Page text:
Battle of Pydna: Rome's decisive victory in the Third Macedonian War (168 BCE)
The following account of the battle of Pydna, which took place on 22 June 168 BCE, was written by the Roman historian Livy, who uses as his source Polybius of Megalopolis, a contemporary of the events who wrote a (partly lost) World History. The translation of Livy's History of Rome since its Foundation 44.40-42 was made by Rev. Canon Roberts.
There was a river, not a large one, near the enemy's camp from which both the Romans and the Macedonians drew their water, protected by detachments stationed on either bank. [...] Whilst all was quiet at the river, neither side offering any provocation, a mule broke loose about three o'clock in the afternoon from the men in charge and escaped to the opposite bank. Three soldiers went after it through the water, which was up to their knees. Two Thracians [from the Macedonian army] were dragging the beast out of the river back to their own bank, when they were followed by some Romans, who killed one of them, recaptured the mule, and went back to their posts.
There were 800 Thracians guarding the enemy's bank. A few of these, enraged at seeing a comrade killed before their eyes, ran across the river in pursuit of those who slew him; then more joined in and at last the whole body, and with them the ...
[At this place, there is a large lacuna, in which Livy must have described how the skirmish increased in seriousness. One contingent of Roman allies, the Paelignians, suffered heavily. King Perseus now ordered his army to prepare for battle. The Romans were already prepared.]
... led them into battle. His men were deeply impressed by reverence for his authority, the reputation he had acquired, and, above all, his age, for though more than sixty years old, he took upon himself to a large extent the duties and dangers which are usually the lot of younger men.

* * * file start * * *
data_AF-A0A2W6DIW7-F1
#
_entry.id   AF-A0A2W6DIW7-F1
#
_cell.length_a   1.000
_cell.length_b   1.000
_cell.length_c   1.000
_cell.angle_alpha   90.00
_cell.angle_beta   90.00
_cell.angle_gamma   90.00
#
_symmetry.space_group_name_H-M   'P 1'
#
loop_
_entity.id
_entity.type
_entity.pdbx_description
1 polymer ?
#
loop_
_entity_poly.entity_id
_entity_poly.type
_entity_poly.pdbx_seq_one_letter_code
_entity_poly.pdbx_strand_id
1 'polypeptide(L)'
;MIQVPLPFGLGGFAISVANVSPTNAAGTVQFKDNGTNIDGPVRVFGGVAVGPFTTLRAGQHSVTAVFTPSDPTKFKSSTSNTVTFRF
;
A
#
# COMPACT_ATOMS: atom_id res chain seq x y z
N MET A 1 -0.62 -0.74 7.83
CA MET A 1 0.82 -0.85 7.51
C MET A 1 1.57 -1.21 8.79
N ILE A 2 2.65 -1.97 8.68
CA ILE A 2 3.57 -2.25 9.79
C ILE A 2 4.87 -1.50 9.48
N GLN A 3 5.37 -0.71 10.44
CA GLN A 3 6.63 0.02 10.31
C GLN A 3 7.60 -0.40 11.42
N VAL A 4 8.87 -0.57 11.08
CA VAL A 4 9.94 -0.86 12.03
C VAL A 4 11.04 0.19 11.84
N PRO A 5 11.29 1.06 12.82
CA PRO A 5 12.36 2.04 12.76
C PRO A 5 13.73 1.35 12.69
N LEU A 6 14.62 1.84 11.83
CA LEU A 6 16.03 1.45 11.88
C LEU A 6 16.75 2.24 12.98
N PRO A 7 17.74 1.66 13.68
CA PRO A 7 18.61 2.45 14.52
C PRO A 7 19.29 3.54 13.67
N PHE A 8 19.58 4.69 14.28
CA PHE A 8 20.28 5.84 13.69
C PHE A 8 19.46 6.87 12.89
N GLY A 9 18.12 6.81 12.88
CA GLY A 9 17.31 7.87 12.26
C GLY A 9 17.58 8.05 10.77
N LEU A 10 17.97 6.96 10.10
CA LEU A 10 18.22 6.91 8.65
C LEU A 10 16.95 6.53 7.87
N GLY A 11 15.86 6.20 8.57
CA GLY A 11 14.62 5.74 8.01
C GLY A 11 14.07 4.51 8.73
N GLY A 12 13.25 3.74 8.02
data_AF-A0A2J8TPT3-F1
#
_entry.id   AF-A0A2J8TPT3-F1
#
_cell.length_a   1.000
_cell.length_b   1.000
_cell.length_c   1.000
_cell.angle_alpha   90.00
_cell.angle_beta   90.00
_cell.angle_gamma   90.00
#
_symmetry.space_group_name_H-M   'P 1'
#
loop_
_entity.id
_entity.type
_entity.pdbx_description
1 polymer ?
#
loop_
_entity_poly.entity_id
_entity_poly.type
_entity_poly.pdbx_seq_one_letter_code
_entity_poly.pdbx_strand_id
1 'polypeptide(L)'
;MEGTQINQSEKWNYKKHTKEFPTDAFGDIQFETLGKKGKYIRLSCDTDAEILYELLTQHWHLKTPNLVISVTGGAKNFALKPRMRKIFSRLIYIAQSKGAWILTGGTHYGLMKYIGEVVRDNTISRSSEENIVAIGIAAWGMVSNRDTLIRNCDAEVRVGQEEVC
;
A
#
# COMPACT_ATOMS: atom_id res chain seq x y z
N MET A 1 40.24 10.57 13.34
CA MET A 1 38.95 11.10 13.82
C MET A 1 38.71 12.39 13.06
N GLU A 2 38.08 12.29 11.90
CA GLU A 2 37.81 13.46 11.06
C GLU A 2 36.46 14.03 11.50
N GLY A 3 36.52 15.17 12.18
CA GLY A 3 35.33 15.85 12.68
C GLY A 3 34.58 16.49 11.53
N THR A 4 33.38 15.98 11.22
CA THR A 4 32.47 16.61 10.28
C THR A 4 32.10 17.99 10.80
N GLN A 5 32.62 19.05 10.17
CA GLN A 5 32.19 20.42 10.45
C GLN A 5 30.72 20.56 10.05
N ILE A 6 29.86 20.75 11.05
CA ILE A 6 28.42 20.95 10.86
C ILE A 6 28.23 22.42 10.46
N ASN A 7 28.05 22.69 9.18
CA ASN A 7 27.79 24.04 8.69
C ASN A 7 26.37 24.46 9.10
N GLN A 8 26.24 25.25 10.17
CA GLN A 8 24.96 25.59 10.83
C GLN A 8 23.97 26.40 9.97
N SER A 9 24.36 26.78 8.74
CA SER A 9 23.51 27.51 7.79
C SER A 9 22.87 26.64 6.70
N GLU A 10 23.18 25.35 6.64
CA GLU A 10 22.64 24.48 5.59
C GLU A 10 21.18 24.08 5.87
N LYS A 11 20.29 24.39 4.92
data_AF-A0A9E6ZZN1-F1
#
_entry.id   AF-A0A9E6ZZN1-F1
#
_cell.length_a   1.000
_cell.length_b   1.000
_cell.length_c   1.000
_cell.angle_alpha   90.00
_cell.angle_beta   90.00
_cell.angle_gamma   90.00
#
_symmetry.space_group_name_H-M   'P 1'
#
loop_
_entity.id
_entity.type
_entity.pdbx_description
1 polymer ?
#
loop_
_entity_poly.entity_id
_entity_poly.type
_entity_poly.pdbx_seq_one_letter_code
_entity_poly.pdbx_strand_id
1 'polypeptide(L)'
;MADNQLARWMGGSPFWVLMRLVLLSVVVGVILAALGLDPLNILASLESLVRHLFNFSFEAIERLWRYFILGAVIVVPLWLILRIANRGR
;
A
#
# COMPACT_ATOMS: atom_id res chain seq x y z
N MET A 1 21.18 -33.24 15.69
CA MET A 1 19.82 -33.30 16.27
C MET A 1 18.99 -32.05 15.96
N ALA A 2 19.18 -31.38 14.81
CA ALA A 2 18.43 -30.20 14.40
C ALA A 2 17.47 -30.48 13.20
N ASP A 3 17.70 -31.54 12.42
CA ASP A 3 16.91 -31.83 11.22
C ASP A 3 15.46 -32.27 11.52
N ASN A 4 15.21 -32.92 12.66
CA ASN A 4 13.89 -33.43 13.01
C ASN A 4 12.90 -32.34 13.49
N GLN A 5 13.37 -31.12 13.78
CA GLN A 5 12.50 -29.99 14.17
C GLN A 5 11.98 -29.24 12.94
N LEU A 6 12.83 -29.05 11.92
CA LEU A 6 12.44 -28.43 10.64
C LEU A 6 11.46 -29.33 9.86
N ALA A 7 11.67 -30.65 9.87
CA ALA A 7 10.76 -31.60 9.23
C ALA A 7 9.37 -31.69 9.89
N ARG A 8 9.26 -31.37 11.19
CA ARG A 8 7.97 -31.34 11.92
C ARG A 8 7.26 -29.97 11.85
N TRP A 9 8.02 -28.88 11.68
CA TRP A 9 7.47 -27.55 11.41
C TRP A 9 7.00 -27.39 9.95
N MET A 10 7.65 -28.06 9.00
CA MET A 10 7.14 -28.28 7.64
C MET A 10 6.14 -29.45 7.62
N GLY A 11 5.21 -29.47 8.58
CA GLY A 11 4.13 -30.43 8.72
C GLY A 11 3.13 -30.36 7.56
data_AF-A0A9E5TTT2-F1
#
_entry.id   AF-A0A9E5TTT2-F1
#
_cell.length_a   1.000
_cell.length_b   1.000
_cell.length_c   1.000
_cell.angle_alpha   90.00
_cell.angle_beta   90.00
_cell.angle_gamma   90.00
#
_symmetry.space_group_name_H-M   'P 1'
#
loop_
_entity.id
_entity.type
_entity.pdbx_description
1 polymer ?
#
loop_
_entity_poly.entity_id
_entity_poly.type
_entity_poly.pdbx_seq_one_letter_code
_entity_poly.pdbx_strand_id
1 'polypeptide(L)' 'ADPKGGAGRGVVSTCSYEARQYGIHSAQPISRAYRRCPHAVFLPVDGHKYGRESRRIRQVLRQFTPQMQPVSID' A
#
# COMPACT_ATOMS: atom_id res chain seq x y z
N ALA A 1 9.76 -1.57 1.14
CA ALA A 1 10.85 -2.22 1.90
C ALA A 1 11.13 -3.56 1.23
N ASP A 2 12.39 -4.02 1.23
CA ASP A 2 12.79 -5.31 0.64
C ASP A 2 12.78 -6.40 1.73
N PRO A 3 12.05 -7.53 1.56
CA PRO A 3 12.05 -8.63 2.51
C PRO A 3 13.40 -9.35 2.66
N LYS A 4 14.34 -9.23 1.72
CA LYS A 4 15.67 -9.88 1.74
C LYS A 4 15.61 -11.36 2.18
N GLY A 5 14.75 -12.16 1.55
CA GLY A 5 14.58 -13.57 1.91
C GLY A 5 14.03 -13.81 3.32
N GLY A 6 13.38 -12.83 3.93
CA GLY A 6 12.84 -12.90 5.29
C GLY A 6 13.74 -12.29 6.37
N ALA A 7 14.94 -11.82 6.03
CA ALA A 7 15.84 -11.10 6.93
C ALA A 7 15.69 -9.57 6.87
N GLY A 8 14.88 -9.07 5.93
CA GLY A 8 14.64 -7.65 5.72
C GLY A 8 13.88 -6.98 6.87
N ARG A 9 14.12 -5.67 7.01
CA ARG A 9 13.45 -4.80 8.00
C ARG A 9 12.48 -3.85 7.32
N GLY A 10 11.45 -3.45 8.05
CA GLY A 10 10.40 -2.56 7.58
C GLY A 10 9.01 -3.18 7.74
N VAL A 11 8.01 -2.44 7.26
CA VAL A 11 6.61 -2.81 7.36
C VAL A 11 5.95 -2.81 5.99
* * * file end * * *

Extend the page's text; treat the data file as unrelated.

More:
The interval between the caetrati [light armed infantry] and the divisions of the phalanx was filled up by the legion, and thus the enemy's line was interrupted. The caetrati were in their rear; the legion were fronting the shieldmen of the phalanx [...]. Lucius [Postumius] Albinus, an ex-consul, was ordered to lead the second legion against the phalanx [...]; these formed the center of the enemy's line.
On the Roman right, where the battle had begun, close to the river, he brought up the elephants and the cohorts of allied troops. It was here that the Macedonians first gave ground. For just as most new devices amongst men seem valuable as far as words go, but when they are put to a practical test and have to be acted upon they fail to produce results, so it was with the elephants; those of the Macedonians were of no use whatever. The contingents of the Latin allies followed up the charge of the elephants and repulsed the left wing. The second legion which had been sent against the center broke up the phalanx.